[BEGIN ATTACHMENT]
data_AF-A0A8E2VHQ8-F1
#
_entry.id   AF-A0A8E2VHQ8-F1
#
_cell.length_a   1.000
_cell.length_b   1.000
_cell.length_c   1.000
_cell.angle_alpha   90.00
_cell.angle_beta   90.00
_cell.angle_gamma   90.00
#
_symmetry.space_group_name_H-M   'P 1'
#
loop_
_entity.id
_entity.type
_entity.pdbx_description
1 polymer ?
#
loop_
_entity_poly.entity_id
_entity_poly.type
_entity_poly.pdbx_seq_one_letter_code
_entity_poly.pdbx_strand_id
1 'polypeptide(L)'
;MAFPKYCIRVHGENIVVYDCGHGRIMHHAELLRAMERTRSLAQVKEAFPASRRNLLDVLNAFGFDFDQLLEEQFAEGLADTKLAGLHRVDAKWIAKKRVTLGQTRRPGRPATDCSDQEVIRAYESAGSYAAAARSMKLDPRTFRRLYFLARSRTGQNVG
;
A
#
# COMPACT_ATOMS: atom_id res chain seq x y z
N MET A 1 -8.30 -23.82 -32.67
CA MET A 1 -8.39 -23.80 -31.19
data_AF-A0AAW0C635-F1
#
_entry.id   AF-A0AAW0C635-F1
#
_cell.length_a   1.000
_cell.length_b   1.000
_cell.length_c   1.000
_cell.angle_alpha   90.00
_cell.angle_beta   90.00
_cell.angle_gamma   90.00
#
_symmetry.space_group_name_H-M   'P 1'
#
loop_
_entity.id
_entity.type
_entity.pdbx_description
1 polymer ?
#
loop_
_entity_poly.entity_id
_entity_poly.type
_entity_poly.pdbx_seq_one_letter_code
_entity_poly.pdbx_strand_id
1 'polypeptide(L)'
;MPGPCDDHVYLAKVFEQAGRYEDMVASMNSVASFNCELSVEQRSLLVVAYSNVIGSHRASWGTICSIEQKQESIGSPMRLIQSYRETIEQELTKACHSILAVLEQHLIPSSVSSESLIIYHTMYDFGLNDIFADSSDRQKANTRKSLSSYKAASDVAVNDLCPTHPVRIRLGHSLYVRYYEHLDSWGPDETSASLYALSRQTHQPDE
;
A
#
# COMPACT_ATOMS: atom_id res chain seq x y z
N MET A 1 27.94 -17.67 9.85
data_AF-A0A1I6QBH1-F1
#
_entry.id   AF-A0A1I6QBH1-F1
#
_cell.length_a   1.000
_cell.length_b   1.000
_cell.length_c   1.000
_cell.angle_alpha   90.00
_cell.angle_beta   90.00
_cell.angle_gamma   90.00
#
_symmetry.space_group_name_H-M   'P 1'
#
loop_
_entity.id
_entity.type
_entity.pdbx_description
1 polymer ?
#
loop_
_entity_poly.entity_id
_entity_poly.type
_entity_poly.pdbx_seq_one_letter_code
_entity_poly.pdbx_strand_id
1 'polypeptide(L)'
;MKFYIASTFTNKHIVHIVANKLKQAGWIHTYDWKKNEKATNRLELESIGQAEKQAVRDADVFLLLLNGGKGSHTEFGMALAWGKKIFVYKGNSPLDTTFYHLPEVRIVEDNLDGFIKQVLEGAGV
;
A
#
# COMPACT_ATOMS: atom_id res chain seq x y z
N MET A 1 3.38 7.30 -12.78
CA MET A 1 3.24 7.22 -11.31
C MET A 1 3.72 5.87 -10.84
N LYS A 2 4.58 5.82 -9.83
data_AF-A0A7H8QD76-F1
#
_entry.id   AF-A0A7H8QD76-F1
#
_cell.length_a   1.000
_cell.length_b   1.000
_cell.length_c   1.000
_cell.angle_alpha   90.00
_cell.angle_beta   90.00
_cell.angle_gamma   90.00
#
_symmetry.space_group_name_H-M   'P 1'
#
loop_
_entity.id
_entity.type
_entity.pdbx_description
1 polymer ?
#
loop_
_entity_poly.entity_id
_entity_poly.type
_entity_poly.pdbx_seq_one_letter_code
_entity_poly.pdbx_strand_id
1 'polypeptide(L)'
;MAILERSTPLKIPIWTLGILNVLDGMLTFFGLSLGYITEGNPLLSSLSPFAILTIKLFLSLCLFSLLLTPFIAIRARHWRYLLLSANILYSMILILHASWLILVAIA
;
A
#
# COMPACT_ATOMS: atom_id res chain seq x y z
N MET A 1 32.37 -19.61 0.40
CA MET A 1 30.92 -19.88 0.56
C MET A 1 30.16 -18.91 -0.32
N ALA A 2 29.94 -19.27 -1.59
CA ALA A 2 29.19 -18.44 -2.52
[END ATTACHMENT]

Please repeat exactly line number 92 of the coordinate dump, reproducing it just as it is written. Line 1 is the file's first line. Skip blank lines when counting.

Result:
#